Rhodesia

   Cecil John Rhodes (1853-1902), for whom Rhodesia was named, was born at Bishop Stortford, Hertfordshire, England, the son of a clergyman. His family had neither wealth nor position, and Cecil suffered from poor health. In 1870, Rhodes went to South Africa, a better climate for him. There he took advantage of the rush to the Kimberley diamond fields and by 1888 had established the De Beers Consolidated Mines. This enterprising thirty-five-year-old man dominated the world market in diamonds and later the Transvaal gold fields.
   Rhodes had a vision of an English-speaking empire from "Cape to Cairo." He was heavily involved in politics, becoming prime minister of Cape Colony. However, his involvement in a conspiracy to overthrow President Kruger and seize the Transvaal left an indelible scar on his political future.
   Rhodes attended Oxford University several times, ultimately graduating in 1881. Three years before his death, he wrote his famous will, which set up scholarships for two years at Oxford based on high standards of scholarship, character, leadership, and athletic ability. The scholarships were to be granted annually to some two hundred students from the British colonies and dominions, the United States, and Germany. A Rhodes scholarship is not merely a tuition-paid form of education; it is a mark of scholarly distinction.
   The territory called Rhodesia has since been split into Zambia and Zimbabwe.

Dictionary of eponyms. . 2013.

Look at other dictionaries:

  • Rhodesia — • British possession in South Africa (present day Zimbabwe) Catholic Encyclopedia. Kevin Knight. 2006. Rhodesia     Rhodesia     † …   Catholic encyclopedia

  • Rhodesĭa — Rhodesĭa, großes, Cecil Rhodes (s. d.) zu Ehren benanntes Gebiet in Südafrika zu beiden Seiten des Sambesi, hervorgegangen aus dem Verwaltungsgebiet der Britisch Südafrikanischen Gesellschaft (s. d.); der neue Name ist amtlich seit 1895 in… …   Meyers Großes Konversations-Lexikon

  • Rhodesia — [rō dē′zhə, rō dē′zhē ə] former region in S Africa, including NORTHERN RHODESIA (now ZAMBIA) & SOUTHERN RHODESIA (now ZIMBABWE) Rhodesian adj., n …   English World dictionary

  • Rhodesia — Rhodesĭa, nach Cecil Rhodes (s.d.) benanntes brit. Schutzgebiet in Südafrika [Karte: Afrika I], 1.058.000 qkm (durch Schiedsspruch vom 30. Mai 1905 auf Kosten Angolas vergrößert), 1.290.000 E., durch den Sambesi in Nord und Süd R. geteilt, von… …   Kleines Konversations-Lexikon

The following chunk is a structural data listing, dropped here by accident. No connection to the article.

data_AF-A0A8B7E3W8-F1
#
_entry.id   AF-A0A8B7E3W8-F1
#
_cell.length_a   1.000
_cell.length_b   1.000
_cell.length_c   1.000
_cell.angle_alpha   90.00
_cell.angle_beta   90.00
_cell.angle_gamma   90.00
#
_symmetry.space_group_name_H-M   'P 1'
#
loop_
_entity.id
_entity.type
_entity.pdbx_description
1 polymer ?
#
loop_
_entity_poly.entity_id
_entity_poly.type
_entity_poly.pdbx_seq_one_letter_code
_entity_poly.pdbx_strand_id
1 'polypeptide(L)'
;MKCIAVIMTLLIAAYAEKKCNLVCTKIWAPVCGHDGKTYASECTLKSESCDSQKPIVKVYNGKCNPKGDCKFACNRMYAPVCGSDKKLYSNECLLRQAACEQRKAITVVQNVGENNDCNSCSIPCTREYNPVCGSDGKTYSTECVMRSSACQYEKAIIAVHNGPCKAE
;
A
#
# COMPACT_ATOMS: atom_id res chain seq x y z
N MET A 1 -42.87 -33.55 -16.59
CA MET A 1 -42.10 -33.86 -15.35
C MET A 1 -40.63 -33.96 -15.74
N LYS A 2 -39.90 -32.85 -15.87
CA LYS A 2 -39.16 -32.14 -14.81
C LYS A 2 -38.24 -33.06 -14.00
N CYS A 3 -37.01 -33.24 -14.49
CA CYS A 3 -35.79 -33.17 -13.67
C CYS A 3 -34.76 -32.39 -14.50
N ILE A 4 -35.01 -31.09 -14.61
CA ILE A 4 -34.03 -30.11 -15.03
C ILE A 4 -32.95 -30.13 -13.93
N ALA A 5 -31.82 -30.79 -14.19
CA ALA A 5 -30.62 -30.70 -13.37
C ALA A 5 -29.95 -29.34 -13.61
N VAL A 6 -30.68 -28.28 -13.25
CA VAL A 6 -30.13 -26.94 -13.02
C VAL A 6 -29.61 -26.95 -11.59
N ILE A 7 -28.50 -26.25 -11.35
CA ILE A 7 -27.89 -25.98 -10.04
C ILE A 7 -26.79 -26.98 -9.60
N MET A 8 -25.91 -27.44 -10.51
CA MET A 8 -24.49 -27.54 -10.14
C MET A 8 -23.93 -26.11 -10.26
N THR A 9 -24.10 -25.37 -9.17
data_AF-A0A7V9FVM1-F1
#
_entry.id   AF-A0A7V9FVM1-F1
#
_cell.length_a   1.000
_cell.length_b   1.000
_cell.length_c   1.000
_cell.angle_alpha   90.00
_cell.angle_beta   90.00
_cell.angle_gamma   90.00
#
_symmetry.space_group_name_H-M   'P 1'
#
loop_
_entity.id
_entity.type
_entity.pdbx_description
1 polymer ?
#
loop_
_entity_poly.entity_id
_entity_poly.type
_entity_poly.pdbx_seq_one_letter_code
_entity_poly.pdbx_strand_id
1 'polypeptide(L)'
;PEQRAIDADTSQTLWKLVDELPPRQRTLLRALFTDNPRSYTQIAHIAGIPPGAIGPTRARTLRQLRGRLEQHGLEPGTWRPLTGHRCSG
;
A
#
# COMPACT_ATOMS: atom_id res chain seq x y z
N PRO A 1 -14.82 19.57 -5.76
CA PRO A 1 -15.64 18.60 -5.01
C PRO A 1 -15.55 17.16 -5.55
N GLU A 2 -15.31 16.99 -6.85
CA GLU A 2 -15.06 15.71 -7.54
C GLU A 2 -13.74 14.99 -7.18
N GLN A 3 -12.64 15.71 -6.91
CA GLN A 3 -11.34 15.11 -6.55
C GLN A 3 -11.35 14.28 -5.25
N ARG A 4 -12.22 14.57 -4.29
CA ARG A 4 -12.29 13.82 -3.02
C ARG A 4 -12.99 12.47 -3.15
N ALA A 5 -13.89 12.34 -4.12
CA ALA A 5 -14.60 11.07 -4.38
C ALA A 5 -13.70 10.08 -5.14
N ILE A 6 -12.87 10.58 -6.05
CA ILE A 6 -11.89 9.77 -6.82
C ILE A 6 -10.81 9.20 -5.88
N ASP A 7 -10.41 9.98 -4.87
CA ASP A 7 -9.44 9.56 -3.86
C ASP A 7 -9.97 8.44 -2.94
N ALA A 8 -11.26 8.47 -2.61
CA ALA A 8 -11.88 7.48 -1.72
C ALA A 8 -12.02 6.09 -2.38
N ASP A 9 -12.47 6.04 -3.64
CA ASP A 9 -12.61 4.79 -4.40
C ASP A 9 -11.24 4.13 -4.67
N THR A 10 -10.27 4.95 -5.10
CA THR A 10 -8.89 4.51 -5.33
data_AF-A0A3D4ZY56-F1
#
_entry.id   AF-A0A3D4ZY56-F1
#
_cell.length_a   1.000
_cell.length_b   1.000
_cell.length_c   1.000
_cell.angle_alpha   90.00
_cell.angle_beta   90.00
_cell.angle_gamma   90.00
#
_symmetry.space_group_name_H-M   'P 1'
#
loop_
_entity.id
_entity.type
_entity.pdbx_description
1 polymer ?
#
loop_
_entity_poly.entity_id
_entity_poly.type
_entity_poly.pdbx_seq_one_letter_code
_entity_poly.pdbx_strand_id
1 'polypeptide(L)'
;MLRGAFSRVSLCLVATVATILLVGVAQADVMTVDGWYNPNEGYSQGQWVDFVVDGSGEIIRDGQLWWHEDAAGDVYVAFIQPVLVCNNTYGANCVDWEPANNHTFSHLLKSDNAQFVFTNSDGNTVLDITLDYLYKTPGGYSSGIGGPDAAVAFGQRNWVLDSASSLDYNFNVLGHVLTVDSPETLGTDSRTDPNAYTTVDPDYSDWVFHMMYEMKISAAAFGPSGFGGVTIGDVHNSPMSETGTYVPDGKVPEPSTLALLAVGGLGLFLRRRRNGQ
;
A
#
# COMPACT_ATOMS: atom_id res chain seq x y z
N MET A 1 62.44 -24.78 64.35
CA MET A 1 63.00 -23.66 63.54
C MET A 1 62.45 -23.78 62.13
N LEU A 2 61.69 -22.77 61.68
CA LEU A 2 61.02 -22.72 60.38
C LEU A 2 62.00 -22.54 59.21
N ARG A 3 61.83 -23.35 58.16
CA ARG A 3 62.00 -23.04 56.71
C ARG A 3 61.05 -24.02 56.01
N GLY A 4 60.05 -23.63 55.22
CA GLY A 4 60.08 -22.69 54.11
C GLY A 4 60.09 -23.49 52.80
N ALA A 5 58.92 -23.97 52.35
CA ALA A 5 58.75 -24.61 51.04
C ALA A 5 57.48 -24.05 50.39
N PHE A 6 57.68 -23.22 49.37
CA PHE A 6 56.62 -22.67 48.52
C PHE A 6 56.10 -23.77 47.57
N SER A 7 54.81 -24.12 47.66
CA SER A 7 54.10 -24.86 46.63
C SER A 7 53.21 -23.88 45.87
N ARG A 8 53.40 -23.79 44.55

• Rhodesia — s. Britisch Südafrika …   Enzyklopädie des Eisenbahnwesens

  • Rhodesia — er en tidligere betegnelse for landet Zimbabwe …   Danske encyklopædi

  • Rhodesia — → Rodesia …   Diccionario panhispánico de dudas

  • Rhodesia — This article is about the unrecognised state of Rhodesia. For other uses, see Rhodesia (disambiguation). Rhodesia 1965–1970: Rhodesia …   Wikipedia

  • Rhodesia — Rhodesian, adj., n. /roh dee zheuh/, n. 1. (as Southern Rhodesia) a former British colony in S Africa: declared independence 1965; name changed to Zimbabwe 1979. 2. a historical region in S Africa that comprised the British territories of… …   Universalium

  • Rhodesia — Origen etimológico El inglés Cecil John Rhodes vivió en Sudáfrica una vida al aire libre desde los quince años, y se dedicó a una serie de actividades en los negocios de los diamantes, la política, y la exploración con energía casi sobrehumana.… …   Enciclopedia Universal

  • RHODESIA —    the territory in South Africa occupied and administered by the British South Africa Company, under the leadership of Mr. Cecil Rhodes, and founded by royal charter in 1889, hence the name it goes under, is bounded on the E. by Portuguese East… …   The Nuttall Encyclopaedia

Share the article and excerpts

Direct link
Do a right-click on the link above
and select “Copy Link”

We are using cookies for the best presentation of our site. Continuing to use this site, you agree with this.